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Learning Two Languages at Once

So I know normally it's recommended that you stick to one language at a time. But I was just wondering about your opinions on this situation:

So I'm learning Spanish and I now have a good grasp of Spanish. Now I'm just working on perfecting my listening skills and generally just understanding the language without thinking. Although I love Spanish I feel like I want to do something else and have started doing a bit of German. Considering they aren't really related to each other too much and (now it's the summer holidays) I have time, would you say it's recommended I just stick to Spanish? (Also, Spanish is definitely my main goal)

August 2, 2017



To learn to languages at once you can try what I'm doing, which is known as "laddering". Laddering is where you learn a new language from a learned language. So in your case you would start learning German from Spanish. I'm doing French from German and it's actually really improved my grammar and taught me some new words. Just keep in mind that you'll need a really good grasp of Spanish to avoid most frustration. I would say give it a try and see if you can do it. If you can, then you'll be pretty much learning 2 languages at once, just don't forget to practice Spanish on its own sometimes.


If you can handle it, do it. Everyone has their own abilities and limits of what they can do, especially when you factor in other things - like jobs/school/friends/etc.


Sometimes learning two languages can be helpful - you get a small break here and there from repetitive exercises. I enjoy learning Spanish, but every now and then I need to work on my other languages, and then I come back to Spanish with more enthusiasm (only short breaks tho). Other advice I can give you is something I've heard a lot of people on here say.... breaking parts of the day down (x language in the first part of the day, y language later in the day). If you have the time and dedication I think you'll enjoy the process. I would put the language you know better as the top priority, but a 2nd language doesn't hurt. It may just be that you have to try and see if it works for you.


Sounds generally you're at a good point to contemplate adding a second language. Spanish has largely moved from something you're working on as a beginner to something you can simply use as an ordinary part of life: watch things in Spanish for fun, get your news from Spanish-language websites and broadcasters; listen to podcasts in the car; get the Cadena SER app on your phone. I've heard particularly good things about the Spanish-German tree combinations. Sounds like you shouldn't have much trouble taking advantage of them.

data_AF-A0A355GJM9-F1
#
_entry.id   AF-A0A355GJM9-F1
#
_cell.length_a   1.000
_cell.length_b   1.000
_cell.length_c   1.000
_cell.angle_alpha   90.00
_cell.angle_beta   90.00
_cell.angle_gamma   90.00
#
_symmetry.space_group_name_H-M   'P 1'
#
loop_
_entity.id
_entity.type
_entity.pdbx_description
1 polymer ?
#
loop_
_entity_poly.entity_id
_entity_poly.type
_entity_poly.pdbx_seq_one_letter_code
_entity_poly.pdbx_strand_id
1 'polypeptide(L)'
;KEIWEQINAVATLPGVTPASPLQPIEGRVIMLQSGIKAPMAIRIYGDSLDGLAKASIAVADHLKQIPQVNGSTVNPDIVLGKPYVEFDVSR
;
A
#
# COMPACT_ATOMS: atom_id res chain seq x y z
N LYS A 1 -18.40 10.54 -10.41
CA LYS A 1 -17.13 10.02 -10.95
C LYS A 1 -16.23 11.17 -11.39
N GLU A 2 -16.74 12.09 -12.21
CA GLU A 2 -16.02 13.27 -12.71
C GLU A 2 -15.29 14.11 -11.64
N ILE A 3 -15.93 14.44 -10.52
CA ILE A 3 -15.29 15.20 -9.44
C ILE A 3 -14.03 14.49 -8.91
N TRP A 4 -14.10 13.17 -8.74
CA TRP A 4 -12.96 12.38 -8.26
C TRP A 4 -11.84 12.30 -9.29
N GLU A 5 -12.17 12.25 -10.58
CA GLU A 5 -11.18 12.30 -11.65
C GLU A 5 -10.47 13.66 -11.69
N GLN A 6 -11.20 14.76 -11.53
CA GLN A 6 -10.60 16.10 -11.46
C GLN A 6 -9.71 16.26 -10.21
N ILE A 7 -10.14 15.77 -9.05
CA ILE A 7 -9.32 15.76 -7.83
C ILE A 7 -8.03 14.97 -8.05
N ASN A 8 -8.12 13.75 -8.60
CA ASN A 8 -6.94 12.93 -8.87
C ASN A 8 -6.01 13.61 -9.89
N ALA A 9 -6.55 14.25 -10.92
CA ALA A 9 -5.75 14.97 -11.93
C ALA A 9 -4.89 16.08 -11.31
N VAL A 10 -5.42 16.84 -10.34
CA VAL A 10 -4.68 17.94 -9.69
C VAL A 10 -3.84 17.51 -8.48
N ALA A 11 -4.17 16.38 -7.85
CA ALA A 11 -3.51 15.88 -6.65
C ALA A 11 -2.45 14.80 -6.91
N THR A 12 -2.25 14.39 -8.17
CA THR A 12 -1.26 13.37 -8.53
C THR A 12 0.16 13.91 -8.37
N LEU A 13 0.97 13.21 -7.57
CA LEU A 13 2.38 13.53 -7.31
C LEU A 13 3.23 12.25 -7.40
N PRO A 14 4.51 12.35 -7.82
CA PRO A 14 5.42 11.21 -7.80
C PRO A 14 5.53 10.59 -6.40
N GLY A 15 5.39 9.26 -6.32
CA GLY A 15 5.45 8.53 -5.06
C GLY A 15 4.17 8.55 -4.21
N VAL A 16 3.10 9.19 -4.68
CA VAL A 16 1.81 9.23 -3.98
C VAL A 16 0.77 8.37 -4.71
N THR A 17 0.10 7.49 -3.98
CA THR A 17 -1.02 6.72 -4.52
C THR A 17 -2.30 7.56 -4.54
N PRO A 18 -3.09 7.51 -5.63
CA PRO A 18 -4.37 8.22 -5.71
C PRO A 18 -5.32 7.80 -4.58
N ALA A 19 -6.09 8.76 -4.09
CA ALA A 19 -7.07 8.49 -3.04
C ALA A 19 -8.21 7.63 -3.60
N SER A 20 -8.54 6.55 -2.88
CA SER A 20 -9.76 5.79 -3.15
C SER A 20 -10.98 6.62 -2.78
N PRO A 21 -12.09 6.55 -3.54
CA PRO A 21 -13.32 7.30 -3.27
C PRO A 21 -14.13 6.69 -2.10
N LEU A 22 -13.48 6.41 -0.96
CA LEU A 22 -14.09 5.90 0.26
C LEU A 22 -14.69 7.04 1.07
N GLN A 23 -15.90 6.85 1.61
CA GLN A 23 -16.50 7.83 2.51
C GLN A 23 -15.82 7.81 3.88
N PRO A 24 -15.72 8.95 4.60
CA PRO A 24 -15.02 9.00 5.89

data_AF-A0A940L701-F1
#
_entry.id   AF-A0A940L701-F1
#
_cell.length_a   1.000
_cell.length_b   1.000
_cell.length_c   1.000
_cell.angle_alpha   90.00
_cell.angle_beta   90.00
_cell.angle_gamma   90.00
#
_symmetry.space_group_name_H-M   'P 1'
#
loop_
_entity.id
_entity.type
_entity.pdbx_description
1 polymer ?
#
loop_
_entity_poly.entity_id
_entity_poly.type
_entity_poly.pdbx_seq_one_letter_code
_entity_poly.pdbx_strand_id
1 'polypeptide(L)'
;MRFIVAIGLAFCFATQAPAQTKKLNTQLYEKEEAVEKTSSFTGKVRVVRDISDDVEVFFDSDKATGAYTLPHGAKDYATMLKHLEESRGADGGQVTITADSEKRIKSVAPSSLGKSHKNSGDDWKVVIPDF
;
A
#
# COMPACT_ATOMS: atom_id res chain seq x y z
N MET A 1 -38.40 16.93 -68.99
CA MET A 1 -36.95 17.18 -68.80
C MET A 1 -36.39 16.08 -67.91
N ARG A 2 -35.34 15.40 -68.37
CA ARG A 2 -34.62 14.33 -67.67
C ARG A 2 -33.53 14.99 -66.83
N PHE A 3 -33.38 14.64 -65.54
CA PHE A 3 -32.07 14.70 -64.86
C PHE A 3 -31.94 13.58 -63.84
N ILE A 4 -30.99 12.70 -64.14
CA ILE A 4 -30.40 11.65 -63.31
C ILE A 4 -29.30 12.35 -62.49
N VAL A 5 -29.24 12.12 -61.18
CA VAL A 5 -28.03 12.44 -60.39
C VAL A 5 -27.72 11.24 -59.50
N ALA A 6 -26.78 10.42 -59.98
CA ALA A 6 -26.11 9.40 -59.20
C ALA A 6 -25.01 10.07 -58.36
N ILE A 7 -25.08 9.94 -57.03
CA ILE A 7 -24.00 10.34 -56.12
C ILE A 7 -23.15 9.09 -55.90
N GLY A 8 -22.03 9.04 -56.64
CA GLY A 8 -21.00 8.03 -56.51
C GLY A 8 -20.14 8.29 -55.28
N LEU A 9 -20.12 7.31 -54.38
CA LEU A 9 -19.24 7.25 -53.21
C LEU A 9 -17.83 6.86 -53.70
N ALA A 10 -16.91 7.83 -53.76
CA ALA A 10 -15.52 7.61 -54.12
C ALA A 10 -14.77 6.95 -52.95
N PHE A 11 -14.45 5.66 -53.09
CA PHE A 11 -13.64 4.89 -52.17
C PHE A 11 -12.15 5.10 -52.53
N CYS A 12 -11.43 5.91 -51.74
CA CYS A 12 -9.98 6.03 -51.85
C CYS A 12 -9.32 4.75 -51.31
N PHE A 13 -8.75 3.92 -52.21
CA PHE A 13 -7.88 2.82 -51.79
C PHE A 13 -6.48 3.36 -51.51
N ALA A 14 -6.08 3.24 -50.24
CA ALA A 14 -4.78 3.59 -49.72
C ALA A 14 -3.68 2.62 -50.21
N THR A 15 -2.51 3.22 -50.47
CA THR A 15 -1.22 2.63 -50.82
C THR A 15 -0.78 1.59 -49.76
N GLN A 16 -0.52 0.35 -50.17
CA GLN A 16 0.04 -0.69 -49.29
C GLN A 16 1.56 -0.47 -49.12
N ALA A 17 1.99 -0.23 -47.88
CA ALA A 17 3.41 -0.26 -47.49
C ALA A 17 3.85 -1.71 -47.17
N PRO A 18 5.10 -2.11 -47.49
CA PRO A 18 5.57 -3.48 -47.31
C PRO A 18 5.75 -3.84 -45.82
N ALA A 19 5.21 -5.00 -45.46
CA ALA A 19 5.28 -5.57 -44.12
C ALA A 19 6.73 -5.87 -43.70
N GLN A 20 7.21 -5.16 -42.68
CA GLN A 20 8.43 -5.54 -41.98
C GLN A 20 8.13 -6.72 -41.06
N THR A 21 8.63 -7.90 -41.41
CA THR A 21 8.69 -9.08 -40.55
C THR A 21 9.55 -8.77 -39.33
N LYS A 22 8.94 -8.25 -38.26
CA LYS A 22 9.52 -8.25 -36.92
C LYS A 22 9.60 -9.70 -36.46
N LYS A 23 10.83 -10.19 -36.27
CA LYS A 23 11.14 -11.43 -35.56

Well,the last week i was learning german (is an awesome language),and now i am learning swedish. If you can,just do it. They are different language,so there is not problem with confuse the words.


I took Latin for two years in school, and recently decided to pursue Spanish on Duolingo.

I've already noticed Latin becoming MUCH more of a challenge for me. I've been forgetting how to decline nouns and conjugate verbs, and Spanish articles like "el" and "la" have been slipping into my Latin usage. It's not so much that I've forgotten vocabulary, but usage has become more tricky.

At the same time, I'm no longer taking Latin, so I have no way to reinforce these things I'm losing. If you can do it, go ahead. If you can't, just stick to Spanish. It doesn't mean that you won't be able to learn these other languages ever, but make sure you feel somewhat confident in Spanish, too.


Thanks, yeah Memrise is pretty cool


If you think you can spend twice as long studying, I would say go for it. If you don't want to spend twice as much time, you may want to wait until you're fluent in Spanish (unless you are fluent right now.)


I have three main ones I'm doing at the moment, Hungarian, Italian and German. I never have issues with mixing them up, and I don't really have the time management issue because it's my summer holidays, allowing me to complete at least 2 skills a day. I sometimes do a little from the other languages as well on the side, just to keep them as fresh as I can, ready for when I have more time to focus on those ones.

[deactivated user]

    If it feels good for you go for it! I am struggling through the Russian tree (it is sooo difficult) and every time I get annoyed with my slow progress or start making too many mistakes I switch to the French tree and blast through a few lessons. I had French in high school and did some courses in uni so I use the French tree to freshen up my French.

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